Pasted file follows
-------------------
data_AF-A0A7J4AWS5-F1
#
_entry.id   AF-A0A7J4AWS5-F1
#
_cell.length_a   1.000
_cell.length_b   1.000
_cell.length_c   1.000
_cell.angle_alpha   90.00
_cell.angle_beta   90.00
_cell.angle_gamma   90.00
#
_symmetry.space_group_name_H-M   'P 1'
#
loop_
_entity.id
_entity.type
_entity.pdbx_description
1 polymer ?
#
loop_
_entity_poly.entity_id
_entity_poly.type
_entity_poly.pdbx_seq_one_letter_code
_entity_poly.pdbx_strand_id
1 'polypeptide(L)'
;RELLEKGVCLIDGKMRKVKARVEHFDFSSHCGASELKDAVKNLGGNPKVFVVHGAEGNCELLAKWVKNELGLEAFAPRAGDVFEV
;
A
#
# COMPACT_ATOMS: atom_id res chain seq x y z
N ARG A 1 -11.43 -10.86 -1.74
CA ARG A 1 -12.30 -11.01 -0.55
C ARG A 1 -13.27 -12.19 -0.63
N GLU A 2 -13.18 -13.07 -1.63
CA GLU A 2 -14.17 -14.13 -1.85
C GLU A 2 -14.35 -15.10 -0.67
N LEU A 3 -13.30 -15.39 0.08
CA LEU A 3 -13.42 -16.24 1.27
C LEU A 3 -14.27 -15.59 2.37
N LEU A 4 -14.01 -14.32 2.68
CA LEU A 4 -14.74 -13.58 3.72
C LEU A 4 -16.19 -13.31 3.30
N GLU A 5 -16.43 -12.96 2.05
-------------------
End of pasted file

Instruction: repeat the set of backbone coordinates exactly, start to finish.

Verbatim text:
data_AF-A0A7J4AWS5-F1
#
_entry.id   AF-A0A7J4AWS5-F1
#
_cell.length_a   1.000
_cell.length_b   1.000
_cell.length_c   1.000
_cell.angle_alpha   90.00
_cell.angle_beta   90.00
_cell.angle_gamma   90.00
#
_symmetry.space_group_name_H-M   'P 1'
#
loop_
_entity.id
_entity.type
_entity.pdbx_description
1 polymer ?
#
loop_
_entity_poly.entity_id
_entity_poly.type
_entity_poly.pdbx_seq_one_letter_code
_entity_poly.pdbx_strand_id
1 'polypeptide(L)'
;RELLEKGVCLIDGKMRKVKARVEHFDFSSHCGASELKDAVKNLGGNPKVFVVHGAEGNCELLAKWVKNELGLEAFAPRAGDVFEV
;
A
#
# COMPACT_ATOMS: atom_id res chain seq x y z
N ARG A 1 -11.43 -10.86 -1.74
CA ARG A 1 -12.30 -11.01 -0.55
C ARG A 1 -13.27 -12.19 -0.63
N GLU A 2 -13.18 -13.07 -1.63
CA GLU A 2 -14.17 -14.13 -1.85
C GLU A 2 -14.35 -15.10 -0.67
N LEU A 3 -13.30 -15.39 0.08
CA LEU A 3 -13.42 -16.24 1.27
C LEU A 3 -14.27 -15.59 2.37
N LEU A 4 -14.01 -14.32 2.68
CA LEU A 4 -14.74 -13.58 3.72
C LEU A 4 -16.19 -13.31 3.30
N GLU A 5 -16.43 -12.96 2.05